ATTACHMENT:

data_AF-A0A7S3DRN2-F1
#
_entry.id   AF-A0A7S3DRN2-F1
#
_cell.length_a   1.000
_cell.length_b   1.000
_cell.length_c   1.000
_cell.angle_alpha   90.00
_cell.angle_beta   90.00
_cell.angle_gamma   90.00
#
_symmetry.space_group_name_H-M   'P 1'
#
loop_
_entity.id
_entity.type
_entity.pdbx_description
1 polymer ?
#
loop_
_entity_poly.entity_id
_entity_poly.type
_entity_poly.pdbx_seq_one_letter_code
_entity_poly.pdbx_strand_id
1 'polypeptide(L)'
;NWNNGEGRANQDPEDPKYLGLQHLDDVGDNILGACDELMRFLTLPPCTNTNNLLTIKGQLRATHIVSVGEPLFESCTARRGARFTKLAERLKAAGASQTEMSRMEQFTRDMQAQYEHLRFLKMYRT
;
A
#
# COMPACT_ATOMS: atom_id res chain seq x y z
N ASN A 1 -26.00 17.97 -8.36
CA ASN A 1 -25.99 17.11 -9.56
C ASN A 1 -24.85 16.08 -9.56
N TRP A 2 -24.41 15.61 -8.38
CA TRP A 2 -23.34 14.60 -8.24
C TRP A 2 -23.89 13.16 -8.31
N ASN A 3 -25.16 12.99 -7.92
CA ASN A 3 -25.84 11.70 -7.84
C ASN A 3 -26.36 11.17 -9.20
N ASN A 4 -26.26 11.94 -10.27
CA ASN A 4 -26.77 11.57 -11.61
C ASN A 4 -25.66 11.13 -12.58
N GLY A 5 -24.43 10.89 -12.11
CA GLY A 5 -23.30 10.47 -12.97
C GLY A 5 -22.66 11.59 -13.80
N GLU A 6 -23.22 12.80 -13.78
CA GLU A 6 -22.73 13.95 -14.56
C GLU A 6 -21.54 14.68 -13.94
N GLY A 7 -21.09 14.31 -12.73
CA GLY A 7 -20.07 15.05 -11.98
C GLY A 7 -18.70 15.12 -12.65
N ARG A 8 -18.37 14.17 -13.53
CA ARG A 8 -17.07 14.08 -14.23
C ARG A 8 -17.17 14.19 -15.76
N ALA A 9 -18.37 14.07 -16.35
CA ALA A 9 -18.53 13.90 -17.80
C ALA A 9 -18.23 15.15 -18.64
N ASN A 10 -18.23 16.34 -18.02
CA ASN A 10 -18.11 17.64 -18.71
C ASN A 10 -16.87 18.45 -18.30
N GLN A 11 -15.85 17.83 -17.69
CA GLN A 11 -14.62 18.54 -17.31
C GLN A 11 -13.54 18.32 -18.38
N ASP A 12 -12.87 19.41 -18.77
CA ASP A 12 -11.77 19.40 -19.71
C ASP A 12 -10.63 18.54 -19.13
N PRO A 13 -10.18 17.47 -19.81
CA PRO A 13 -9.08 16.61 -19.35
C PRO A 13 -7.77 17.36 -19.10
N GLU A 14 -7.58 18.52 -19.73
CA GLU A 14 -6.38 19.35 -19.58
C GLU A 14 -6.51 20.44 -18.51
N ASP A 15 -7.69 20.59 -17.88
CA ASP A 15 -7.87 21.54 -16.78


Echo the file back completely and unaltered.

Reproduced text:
data_AF-A0A7S3DRN2-F1
#
_entry.id   AF-A0A7S3DRN2-F1
#
_cell.length_a   1.000
_cell.length_b   1.000
_cell.length_c   1.000
_cell.angle_alpha   90.00
_cell.angle_beta   90.00
_cell.angle_gamma   90.00
#
_symmetry.space_group_name_H-M   'P 1'
#
loop_
_entity.id
_entity.type
_entity.pdbx_description
1 polymer ?
#
loop_
_entity_poly.entity_id
_entity_poly.type
_entity_poly.pdbx_seq_one_letter_code
_entity_poly.pdbx_strand_id
1 'polypeptide(L)'
;NWNNGEGRANQDPEDPKYLGLQHLDDVGDNILGACDELMRFLTLPPCTNTNNLLTIKGQLRATHIVSVGEPLFESCTARRGARFTKLAERLKAAGASQTEMSRMEQFTRDMQAQYEHLRFLKMYRT
;
A
#
# COMPACT_ATOMS: atom_id res chain seq x y z
N ASN A 1 -26.00 17.97 -8.36
CA ASN A 1 -25.99 17.11 -9.56
C ASN A 1 -24.85 16.08 -9.56
N TRP A 2 -24.41 15.61 -8.38
CA TRP A 2 -23.34 14.60 -8.24
C TRP A 2 -23.89 13.16 -8.31
N ASN A 3 -25.16 12.99 -7.92
CA ASN A 3 -25.84 11.70 -7.84
C ASN A 3 -26.36 11.17 -9.20
N ASN A 4 -26.26 11.94 -10.27
CA ASN A 4 -26.77 11.57 -11.61
C ASN A 4 -25.66 11.13 -12.58
N GLY A 5 -24.43 10.89 -12.11
CA GLY A 5 -23.30 10.47 -12.97
C GLY A 5 -22.66 11.59 -13.80
N GLU A 6 -23.22 12.80 -13.78
CA GLU A 6 -22.73 13.95 -14.56
C GLU A 6 -21.54 14.68 -13.94
N GLY A 7 -21.09 14.31 -12.73
CA GLY A 7 -20.07 15.05 -11.98
C GLY A 7 -18.70 15.12 -12.65
N ARG A 8 -18.37 14.17 -13.53
CA ARG A 8 -17.07 14.08 -14.23
C ARG A 8 -17.17 14.19 -15.76
N ALA A 9 -18.37 14.07 -16.35
CA ALA A 9 -18.53 13.90 -17.80
C ALA A 9 -18.23 15.15 -18.64
N ASN A 10 -18.23 16.34 -18.02
CA ASN A 10 -18.11 17.64 -18.71
C ASN A 10 -16.87 18.45 -18.30
N GLN A 11 -15.85 17.83 -17.69
CA GLN A 11 -14.62 18.54 -17.31
C GLN A 11 -13.54 18.32 -18.38
N ASP A 12 -12.87 19.41 -18.77
CA ASP A 12 -11.77 19.40 -19.71
C ASP A 12 -10.63 18.54 -19.13
N PRO A 13 -10.18 17.47 -19.81
CA PRO A 13 -9.08 16.61 -19.35
C PRO A 13 -7.77 17.36 -19.10
N GLU A 14 -7.58 18.52 -19.73
CA GLU A 14 -6.38 19.35 -19.58
C GLU A 14 -6.51 20.44 -18.51
N ASP A 15 -7.69 20.59 -17.88
CA ASP A 15 -7.87 21.54 -16.78